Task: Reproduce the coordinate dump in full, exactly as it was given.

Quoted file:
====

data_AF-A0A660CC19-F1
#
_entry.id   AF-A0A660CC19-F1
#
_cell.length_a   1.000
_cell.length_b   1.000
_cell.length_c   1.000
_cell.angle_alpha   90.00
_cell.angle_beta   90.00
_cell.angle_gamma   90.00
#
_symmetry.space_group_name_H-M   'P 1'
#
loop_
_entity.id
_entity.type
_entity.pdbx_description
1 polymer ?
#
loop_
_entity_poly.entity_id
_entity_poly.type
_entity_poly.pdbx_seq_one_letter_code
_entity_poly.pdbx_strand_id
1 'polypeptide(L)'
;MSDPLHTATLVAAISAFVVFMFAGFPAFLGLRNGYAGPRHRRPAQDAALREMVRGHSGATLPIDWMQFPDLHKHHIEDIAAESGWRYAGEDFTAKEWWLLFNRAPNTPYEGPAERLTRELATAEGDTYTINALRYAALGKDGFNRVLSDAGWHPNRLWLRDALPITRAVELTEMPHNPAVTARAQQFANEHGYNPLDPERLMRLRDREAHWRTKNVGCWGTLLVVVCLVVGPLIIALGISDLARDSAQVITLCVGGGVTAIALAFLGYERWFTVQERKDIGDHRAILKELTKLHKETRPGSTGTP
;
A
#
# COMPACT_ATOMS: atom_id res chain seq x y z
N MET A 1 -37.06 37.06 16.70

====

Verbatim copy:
data_AF-A0A660CC19-F1
#
_entry.id   AF-A0A660CC19-F1
#
_cell.length_a   1.000
_cell.length_b   1.000
_cell.length_c   1.000
_cell.angle_alpha   90.00
_cell.angle_beta   90.00
_cell.angle_gamma   90.00
#
_symmetry.space_group_name_H-M   'P 1'
#
loop_
_entity.id
_entity.type
_entity.pdbx_description
1 polymer ?
#
loop_
_entity_poly.entity_id
_entity_poly.type
_entity_poly.pdbx_seq_one_letter_code
_entity_poly.pdbx_strand_id
1 'polypeptide(L)'
;MSDPLHTATLVAAISAFVVFMFAGFPAFLGLRNGYAGPRHRRPAQDAALREMVRGHSGATLPIDWMQFPDLHKHHIEDIAAESGWRYAGEDFTAKEWWLLFNRAPNTPYEGPAERLTRELATAEGDTYTINALRYAALGKDGFNRVLSDAGWHPNRLWLRDALPITRAVELTEMPHNPAVTARAQQFANEHGYNPLDPERLMRLRDREAHWRTKNVGCWGTLLVVVCLVVGPLIIALGISDLARDSAQVITLCVGGGVTAIALAFLGYERWFTVQERKDIGDHRAILKELTKLHKETRPGSTGTP
;
A
#
# COMPACT_ATOMS: atom_id res chain seq x y z
N MET A 1 -37.06 37.06 16.70